The Department of Commerce announced on Tuesday that Census Bureau Director John H. Thompson will step down at the end of June, creating the possibility of a leadership void at the bureau in the run-up to undertaking the 2020 Census.
In a statement, Thompson, who will retire on June 30, said he plans to “pursue opportunities in the private sector.” Thompson was sworn in as census director in 2013, and had reportedly been expected to remain in the role through the end of 2017.
The results of the United States census, which takes place every decade, are crucial for determining the allocation of government resources for schools, law enforcement, and housing. Information collected by the census also has a direct bearing on how American citizens are represented in federal government since the population count serves as the basis for how congressional districts are carved out.
News of the director’s impending departure arrives at a time when census experts have raised questions over whether the bureau’s funding levels will be adequate to carry out the task of completing the upcoming census.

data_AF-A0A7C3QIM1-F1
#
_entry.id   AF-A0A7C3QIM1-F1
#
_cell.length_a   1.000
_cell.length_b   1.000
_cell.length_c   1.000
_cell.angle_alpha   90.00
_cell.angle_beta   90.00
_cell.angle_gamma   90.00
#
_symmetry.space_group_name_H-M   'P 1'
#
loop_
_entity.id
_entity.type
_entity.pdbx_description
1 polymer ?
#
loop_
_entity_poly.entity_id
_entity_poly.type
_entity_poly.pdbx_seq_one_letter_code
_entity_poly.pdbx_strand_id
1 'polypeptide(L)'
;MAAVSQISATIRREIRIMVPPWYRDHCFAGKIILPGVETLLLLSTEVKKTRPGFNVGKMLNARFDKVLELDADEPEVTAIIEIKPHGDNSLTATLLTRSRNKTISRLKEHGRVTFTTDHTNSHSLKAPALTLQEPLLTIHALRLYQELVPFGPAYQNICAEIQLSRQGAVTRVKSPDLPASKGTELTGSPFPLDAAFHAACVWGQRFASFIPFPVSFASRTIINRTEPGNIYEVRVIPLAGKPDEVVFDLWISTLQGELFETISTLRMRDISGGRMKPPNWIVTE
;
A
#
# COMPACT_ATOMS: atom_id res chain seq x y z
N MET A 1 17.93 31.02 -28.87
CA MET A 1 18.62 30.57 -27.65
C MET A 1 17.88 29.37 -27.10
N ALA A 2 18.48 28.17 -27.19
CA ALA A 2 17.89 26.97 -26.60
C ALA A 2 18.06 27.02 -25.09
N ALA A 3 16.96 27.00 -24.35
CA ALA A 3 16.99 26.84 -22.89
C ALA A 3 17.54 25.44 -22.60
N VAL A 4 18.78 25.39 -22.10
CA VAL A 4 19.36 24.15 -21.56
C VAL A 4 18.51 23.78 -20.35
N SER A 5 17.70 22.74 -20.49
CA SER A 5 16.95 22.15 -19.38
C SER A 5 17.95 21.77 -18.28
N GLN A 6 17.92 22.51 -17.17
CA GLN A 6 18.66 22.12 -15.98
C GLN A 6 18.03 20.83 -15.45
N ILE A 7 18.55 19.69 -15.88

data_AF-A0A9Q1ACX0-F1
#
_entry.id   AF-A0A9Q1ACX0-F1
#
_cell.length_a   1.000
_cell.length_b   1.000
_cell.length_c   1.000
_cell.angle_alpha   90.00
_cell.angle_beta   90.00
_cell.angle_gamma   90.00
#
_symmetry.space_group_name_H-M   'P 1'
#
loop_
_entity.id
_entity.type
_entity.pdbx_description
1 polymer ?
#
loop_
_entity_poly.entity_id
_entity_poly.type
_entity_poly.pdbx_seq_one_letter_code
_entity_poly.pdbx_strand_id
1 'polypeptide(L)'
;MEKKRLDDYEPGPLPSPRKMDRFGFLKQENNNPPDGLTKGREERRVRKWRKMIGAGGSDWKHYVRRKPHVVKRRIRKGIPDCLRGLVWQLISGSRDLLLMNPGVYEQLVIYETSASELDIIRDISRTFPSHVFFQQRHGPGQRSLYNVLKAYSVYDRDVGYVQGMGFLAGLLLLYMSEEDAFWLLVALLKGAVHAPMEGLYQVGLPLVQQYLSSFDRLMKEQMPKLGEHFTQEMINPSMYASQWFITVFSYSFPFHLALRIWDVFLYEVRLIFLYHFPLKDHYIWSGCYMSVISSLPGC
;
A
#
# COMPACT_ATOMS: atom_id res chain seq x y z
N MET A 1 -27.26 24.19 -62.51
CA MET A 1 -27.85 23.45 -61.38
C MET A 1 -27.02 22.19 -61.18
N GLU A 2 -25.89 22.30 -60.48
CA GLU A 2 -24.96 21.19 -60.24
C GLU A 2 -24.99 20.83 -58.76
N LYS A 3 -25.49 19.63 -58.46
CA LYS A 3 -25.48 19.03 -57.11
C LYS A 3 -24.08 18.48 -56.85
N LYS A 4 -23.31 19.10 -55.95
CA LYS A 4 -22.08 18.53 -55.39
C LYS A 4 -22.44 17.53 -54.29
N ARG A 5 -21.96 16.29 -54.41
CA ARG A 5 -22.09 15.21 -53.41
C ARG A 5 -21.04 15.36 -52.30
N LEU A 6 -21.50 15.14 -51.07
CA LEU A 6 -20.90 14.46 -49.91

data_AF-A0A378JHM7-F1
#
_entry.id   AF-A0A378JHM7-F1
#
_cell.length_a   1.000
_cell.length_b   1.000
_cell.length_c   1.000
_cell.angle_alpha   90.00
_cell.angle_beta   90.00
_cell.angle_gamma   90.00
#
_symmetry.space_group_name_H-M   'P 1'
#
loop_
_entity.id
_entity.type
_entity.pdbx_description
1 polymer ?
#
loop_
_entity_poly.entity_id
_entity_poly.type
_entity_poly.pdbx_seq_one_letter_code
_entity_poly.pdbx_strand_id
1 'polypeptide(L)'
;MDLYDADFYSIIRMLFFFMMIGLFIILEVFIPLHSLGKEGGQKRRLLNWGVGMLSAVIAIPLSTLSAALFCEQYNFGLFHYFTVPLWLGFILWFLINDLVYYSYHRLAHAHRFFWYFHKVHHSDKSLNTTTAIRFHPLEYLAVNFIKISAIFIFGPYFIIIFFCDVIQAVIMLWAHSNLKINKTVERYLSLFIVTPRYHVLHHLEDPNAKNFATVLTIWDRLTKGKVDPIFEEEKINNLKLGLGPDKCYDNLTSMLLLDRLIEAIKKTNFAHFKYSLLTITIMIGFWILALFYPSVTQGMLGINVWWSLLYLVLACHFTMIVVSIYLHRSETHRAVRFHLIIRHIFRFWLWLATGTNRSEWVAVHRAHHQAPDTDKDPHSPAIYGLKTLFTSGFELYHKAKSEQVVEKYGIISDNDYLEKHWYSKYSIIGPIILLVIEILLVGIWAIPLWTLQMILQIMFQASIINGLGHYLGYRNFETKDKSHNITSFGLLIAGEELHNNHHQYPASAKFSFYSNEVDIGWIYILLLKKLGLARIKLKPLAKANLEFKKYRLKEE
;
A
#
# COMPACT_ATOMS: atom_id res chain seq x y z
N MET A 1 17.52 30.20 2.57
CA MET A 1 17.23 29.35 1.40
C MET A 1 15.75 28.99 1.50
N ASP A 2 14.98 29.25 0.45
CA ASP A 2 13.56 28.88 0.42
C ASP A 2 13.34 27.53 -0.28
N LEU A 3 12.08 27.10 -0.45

Michael Li, a senior counsel for the Brennan Center’s Democracy Program, said it’s crucial that “the bureau be fully staffed and fully funded so it can do the critical testing to make sure it gets everything right.” Li added: “The 2020 Census is going to be unlike any in U.S. history—with a lot of data collection proposed to be online for the first time and things like a potentially big re-working of how the Bureau collects information about race and ethnicity. That creates a lot of risk of an undercount.”